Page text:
Systematic Observation, Controlled Sampling And Predetermined Recording Methods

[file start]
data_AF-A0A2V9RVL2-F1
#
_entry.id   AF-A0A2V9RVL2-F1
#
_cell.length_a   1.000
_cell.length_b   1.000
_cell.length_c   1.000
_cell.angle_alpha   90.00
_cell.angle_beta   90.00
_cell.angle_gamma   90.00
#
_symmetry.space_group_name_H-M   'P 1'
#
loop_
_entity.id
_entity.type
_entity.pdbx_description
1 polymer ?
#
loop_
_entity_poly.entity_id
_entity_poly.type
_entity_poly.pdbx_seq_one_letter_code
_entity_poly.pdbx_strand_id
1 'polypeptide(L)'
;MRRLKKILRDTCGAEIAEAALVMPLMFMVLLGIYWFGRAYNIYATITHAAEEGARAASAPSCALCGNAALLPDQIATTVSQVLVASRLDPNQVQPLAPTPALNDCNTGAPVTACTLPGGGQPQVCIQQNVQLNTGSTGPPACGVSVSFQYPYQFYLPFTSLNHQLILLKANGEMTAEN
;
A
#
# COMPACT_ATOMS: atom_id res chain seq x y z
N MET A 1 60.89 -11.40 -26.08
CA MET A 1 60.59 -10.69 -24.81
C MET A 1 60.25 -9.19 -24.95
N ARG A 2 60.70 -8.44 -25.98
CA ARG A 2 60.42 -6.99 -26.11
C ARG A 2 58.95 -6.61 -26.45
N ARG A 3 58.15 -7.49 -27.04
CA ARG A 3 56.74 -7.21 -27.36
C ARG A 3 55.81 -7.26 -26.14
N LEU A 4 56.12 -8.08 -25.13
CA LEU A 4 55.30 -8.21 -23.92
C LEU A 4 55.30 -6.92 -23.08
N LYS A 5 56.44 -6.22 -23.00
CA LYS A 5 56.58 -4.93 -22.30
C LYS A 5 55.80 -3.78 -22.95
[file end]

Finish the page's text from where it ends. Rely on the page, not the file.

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Systematic observations consist of clearly outlined procedures, controlled sampling and predetermined recording methods. They make up a subset of naturalistic observations. Miller (1977) defines systematic observation as the addition of quantification to naturalistic investigations. Since a measurement scale is usually chosen before quantitative data is collected, the systematic method involves more planning in regards to what behaviors will get observed. The time and place for an observation are always determined prior to the observation and the observer must establish a specific operational definition for the targeted behavior, e.g. smiling is used as an indicator of joy. Systematic methods typically use coding systems to measure the frequency of particular behaviors. Some researchers develop their own coding system to fit their research, but many use systems that already exist where the reliability and validity have been supported by previous research, e.g. counting the number of smiles exhibited (Hintze). It is also common for a systematic observer to develop hypotheses about the observed behaviors prior to the observation (Cozby & Bates, 2011). Since hypotheses are formulated prior to the observation, statistical methods can be used after the observation is over to make inferences about the recorded data (Ostrov & Hart, 2013). The statistically based conclusions of systemic observation often contain less post-observation bias than naturalistic observations; it can be challenging to separate one’s interpretation of what was observed from what was actually observed. Contrarily, since hypotheses are constructed prior to observation, systemic observation may exclude important information that naturalistic observations include. ... ... middle of paper ... ... the observed behaviors, so the researcher might observe the class for a week or more. Another example of systematic observation can be seen in van Beek and Gerritsen’s (2010) study on the organization culture and quality of care in nursing homes. They used systematic observations to discern the quality of care being given at each location they visited, and correlated the quality of care they observed with the nursing staffs’ perceived level of care. Using statistical methods the workers’ perceived levels of care and the researchers’ observed levels of care were found to be directly related (i.e. positively correlated). Nursing homes with faculty that believe they are providing quality care tend to provide quality care. Van Beek and Gerritsen were also able to collect a detailed data set that allowed them to correlate level of care with several other variables.

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